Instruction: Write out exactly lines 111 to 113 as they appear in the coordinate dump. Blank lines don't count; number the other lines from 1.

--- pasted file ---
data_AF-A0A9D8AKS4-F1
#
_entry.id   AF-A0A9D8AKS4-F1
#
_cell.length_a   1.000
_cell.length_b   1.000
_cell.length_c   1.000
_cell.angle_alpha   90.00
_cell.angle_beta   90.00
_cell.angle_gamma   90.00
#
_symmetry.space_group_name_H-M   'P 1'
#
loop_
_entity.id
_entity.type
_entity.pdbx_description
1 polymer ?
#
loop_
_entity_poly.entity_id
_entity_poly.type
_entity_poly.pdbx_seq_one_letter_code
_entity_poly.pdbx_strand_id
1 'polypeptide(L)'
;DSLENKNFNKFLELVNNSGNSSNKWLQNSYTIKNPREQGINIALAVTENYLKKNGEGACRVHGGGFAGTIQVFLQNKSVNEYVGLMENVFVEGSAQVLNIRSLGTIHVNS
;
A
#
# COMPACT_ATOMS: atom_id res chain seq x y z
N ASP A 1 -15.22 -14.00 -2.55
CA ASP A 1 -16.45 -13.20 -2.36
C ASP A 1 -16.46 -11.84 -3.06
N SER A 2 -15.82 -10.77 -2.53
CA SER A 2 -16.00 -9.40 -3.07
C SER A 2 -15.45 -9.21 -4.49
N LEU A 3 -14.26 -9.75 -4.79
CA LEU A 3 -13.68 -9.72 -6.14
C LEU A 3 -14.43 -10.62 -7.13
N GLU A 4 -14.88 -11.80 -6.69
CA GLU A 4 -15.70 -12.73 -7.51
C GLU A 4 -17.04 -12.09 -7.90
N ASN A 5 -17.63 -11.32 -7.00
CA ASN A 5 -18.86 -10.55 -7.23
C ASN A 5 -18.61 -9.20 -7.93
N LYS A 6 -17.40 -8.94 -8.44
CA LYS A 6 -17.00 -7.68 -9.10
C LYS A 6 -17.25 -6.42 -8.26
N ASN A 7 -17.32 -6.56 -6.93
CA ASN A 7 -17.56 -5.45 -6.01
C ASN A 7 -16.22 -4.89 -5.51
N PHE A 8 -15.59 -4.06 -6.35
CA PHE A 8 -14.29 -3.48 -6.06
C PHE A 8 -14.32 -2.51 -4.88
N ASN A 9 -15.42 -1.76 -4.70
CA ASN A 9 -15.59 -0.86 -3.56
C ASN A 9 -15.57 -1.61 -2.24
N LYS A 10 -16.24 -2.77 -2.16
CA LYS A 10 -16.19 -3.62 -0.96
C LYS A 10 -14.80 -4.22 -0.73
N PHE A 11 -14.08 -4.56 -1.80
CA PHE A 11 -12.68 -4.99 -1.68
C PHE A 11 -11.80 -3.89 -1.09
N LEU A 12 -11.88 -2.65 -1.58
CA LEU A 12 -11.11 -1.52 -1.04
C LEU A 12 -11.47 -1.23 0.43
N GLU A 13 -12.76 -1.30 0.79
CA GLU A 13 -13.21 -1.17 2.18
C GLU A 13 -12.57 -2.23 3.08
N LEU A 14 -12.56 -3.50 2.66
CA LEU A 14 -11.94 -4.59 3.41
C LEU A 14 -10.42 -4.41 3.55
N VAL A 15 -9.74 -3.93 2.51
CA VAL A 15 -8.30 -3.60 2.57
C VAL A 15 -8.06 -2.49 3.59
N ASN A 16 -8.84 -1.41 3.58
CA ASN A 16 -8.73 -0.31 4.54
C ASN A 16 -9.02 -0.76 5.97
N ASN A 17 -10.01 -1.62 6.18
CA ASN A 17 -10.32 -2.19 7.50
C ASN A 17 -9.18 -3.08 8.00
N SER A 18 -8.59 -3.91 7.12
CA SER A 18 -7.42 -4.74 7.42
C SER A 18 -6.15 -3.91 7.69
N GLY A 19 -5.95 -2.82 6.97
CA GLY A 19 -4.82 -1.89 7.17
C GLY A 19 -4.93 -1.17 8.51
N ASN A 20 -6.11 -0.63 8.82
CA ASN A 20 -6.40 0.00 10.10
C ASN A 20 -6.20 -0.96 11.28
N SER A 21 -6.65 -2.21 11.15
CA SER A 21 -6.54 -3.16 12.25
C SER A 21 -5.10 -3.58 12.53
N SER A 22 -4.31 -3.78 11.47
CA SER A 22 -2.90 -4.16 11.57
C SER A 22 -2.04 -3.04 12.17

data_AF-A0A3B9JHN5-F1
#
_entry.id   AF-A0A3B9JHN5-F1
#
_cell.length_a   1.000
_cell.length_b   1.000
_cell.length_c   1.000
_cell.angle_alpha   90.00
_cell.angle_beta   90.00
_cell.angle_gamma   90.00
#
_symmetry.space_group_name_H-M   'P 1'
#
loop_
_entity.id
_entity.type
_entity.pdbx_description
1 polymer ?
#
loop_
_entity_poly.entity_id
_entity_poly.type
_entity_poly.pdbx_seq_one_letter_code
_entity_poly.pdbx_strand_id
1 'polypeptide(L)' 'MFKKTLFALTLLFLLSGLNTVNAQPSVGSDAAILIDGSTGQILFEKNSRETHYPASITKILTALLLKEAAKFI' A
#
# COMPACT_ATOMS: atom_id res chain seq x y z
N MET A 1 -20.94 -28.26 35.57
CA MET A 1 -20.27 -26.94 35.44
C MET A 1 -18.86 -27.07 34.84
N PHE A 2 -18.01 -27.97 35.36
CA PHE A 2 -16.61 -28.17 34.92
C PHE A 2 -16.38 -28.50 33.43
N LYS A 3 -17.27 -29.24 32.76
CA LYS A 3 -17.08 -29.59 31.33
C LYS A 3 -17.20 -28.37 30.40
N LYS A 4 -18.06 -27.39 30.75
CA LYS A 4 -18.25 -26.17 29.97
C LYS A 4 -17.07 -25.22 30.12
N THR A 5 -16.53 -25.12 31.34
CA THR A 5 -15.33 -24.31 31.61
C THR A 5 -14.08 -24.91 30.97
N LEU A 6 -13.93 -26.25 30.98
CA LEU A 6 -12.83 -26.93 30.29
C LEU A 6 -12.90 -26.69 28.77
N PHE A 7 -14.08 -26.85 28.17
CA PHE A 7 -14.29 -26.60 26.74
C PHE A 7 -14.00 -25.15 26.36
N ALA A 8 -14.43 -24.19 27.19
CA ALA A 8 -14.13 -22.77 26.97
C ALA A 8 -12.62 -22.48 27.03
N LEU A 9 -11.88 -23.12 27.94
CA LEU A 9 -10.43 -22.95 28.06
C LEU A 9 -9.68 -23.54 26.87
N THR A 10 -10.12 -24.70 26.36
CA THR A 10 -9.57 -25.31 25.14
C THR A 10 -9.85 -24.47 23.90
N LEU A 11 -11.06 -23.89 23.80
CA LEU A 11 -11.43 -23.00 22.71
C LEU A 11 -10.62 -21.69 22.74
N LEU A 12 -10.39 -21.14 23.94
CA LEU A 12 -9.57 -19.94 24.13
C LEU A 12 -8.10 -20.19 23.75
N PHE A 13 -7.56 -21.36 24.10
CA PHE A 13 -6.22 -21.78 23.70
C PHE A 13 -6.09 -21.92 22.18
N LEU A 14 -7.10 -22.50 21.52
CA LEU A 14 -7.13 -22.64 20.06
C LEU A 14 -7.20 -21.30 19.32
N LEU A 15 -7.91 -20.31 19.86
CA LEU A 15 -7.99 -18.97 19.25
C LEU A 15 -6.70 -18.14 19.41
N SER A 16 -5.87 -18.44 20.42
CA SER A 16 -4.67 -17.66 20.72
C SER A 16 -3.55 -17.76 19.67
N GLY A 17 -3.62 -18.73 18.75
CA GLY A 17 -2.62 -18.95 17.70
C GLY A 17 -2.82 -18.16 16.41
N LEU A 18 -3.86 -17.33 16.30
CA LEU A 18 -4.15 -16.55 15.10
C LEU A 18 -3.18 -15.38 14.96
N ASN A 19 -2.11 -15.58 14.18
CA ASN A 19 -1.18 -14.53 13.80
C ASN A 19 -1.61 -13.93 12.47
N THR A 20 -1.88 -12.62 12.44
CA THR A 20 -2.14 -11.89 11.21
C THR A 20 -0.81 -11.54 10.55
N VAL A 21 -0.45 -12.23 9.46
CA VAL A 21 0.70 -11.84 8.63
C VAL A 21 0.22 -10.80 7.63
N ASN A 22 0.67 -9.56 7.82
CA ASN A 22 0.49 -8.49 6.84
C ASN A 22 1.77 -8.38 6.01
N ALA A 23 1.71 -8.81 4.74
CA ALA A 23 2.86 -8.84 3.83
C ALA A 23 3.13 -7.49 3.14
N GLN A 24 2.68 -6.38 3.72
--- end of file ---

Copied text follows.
_entity.id
_entity.type
_entity.pdbx_description